The tigress and the Maharaja

The tigress and the Maharaja

Tigress Rani

In the outskirts of the hot and humid plains of central India, in a forest named Kuna, lived a handsome tigress, Rani. She was born in this forest and came from a family of royal tigers. Rani had gained fame among the hunters for her lustrous coat. There was a special quality about it. It shimmered in the sunlight and glowed warmly when the moon appeared bright in the night sky. It was the smoothest of velvet and the dark stripes stood out against a rich orange skin. A hunter's fame would reach far and wide if he possessed it; it would be the pride of all his collection and he would be the envy of the hunting community for generations to come.

The news of Rani's lustrous coat had reached far and wide in the hunting community and many a hunter had tried to track her down, but she was far too clever for them. It also fell upon the ears of the Maharaja of Kunapur. Ever since the Maharaja heard about this beautiful tigress, he had not slept a single night without dreaming of her. He knew that if he could add her lustrous tiger skin to his collection, which was already impressive, no king or prince would ever dare to doubt his hunting skills or his bravery.

One day, the minister approached the Maharaja with some news on the tigress, which was passed on to him by some villagers. He said, "Rani has been seen near the ruins of the old fortress; she has a litter of cubs. It might be a good idea to capture her now because…"

"Because she would go to any extent to protect her cubs," completed the Maharaja, nodding his head slowly.

The Maharaja offered a handsome reward to the villagers who had brought him the good news and began to make elaborate plans and preparations for capturing the tigress. The rifles were polished till they glimmered and squeaked, the elephants and the hunting dogs were lined up, and the fittest were selected, the list of the hunting party and the drum beaters were drawn. The Maharaja also consulted with astrologers who drew detailed charts and made complex calculations to get a favorable date for the hunt.
All was set. On the night before the hunt, the Maharaja could barely sleep and when he did, he dreamt of Rani - her stuffed body, the star attraction in his beautiful palace, and his fame and stories of bravery flung far and wide.  
At the crack of dawn, the Maharaja sprang out of bed, ready for the surprises and the rewards the day would bring him.
By late afternoon, Rani watched over her cubs as they slept peacefully in a cleverly concealed nook of the ruined old fortress. A little later, she would have to go to the nearby river to drink water and hunt for some game before the cubs got hungry again.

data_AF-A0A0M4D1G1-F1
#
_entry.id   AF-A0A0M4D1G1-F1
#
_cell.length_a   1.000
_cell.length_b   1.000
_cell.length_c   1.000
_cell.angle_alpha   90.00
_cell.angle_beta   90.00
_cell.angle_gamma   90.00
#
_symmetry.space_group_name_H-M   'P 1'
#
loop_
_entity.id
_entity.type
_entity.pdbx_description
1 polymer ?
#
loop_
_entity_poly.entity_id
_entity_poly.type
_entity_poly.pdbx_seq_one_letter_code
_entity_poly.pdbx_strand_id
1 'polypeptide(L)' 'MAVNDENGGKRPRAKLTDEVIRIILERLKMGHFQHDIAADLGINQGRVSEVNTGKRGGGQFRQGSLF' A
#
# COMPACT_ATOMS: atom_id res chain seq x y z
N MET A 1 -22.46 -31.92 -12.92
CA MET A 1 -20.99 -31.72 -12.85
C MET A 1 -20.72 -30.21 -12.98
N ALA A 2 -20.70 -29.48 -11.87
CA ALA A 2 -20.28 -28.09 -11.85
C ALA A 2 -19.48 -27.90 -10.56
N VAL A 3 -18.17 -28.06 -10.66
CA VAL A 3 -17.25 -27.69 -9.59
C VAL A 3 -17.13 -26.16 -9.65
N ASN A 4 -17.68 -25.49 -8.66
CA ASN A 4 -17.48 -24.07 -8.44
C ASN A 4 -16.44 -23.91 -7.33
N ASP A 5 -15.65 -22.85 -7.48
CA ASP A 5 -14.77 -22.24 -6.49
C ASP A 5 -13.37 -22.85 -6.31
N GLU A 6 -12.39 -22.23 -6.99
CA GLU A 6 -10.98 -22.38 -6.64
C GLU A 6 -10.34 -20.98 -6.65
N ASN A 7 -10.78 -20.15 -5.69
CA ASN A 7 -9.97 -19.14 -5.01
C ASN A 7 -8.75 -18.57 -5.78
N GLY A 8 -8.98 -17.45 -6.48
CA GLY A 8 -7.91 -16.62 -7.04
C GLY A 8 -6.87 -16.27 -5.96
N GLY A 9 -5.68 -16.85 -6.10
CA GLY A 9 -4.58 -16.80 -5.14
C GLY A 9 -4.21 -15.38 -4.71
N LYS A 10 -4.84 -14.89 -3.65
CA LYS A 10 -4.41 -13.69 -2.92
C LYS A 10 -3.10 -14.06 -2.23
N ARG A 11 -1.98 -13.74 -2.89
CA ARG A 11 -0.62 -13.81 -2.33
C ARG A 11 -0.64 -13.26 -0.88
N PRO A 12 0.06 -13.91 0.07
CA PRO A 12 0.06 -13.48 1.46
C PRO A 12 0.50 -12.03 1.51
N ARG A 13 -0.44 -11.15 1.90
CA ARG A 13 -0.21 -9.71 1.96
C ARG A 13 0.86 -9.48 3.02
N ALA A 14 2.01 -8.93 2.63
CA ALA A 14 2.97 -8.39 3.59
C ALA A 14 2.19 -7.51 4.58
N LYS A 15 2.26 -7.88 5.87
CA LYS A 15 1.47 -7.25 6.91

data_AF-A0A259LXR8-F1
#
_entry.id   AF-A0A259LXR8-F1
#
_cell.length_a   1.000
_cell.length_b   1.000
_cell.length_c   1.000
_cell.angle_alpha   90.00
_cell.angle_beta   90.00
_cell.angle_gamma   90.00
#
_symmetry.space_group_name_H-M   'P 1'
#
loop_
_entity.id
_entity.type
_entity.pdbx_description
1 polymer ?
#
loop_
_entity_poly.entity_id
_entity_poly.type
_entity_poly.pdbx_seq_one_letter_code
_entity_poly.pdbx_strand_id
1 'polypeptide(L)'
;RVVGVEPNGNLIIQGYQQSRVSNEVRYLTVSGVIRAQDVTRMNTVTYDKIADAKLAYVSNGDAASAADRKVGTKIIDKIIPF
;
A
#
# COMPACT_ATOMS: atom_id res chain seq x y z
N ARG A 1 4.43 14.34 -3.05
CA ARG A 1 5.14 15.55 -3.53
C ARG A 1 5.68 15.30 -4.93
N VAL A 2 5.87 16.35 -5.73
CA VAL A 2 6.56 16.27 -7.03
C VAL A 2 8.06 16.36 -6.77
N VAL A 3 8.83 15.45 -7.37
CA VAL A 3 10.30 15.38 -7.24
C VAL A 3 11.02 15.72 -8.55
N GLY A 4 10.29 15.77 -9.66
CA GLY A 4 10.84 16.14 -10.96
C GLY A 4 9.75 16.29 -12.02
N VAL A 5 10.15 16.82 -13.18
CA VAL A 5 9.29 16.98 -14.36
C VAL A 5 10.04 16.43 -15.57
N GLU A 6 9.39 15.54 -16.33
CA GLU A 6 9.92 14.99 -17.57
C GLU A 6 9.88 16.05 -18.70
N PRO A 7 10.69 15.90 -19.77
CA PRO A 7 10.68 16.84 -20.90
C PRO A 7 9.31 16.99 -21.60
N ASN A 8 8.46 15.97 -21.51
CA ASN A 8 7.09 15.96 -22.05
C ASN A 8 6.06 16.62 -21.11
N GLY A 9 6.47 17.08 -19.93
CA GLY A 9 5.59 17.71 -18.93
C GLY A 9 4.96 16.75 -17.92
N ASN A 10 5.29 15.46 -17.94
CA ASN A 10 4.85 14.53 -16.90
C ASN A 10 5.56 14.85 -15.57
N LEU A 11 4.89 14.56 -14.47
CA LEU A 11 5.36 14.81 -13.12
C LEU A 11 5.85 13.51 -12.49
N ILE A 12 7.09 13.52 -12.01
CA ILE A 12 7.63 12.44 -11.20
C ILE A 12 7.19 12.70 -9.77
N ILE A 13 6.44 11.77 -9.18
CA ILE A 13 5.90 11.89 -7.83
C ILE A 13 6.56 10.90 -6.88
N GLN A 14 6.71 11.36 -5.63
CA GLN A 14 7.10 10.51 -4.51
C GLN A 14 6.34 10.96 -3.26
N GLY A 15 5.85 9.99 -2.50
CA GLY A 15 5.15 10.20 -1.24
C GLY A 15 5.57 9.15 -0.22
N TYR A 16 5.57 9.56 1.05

Suddenly, birds fluttered, deer darted nervously into bushes and monkeys let out a shrill cry that echoed in the forest. Rani pricked her ears and slowly but surely, she could hear the dreaded drums of the hunter. She stood up and paced nervously near her cubs, who were still undisturbed by the commotion and the intruders in the forest.

The beat of the drums grew louder and louder, until it reached a deafening pitch. When the hunting party had almost surrounded the old fortress, Rani let out a mighty roar, and four other tigers sprang up from nowhere, roaring along with her. This surprised the hunting party, which began to run helter-skelter in fear, while the terrified elephant swerved. The Maharaja fell down, just as his rifle slid away. He was armless now.

Rani stood on the rock above him. She was indeed the most magnificent creature he had ever set eyes upon -- savage, noble and fearful.

Her eyes shone like bright coal embers and her coat glistened in the evening sunlight. She could have easily pounced on him and killed him in an instant. Instead, she pierced him with a chilling stare. And suddenly, just like that Rani turned and vanished into the ruins of the fortress and to her yelping cubs. 

The Maharaja was shivering uncontrollably; his minister was at his side, trying to get him onto the elephant quickly, which had calmed down a little bit. The hunting party lay defeated.

For years to come, the Maharaja wondered why Rani had spared him. Was it because her cubs were calling her? Or was it because she could now haunt him for the rest of his life with her chilling stare? The Maharaja would never know. But one thing was certain, his respect for her grew with each passing day, and he would never allow anyone to hunt in the jungles of Kuna again.

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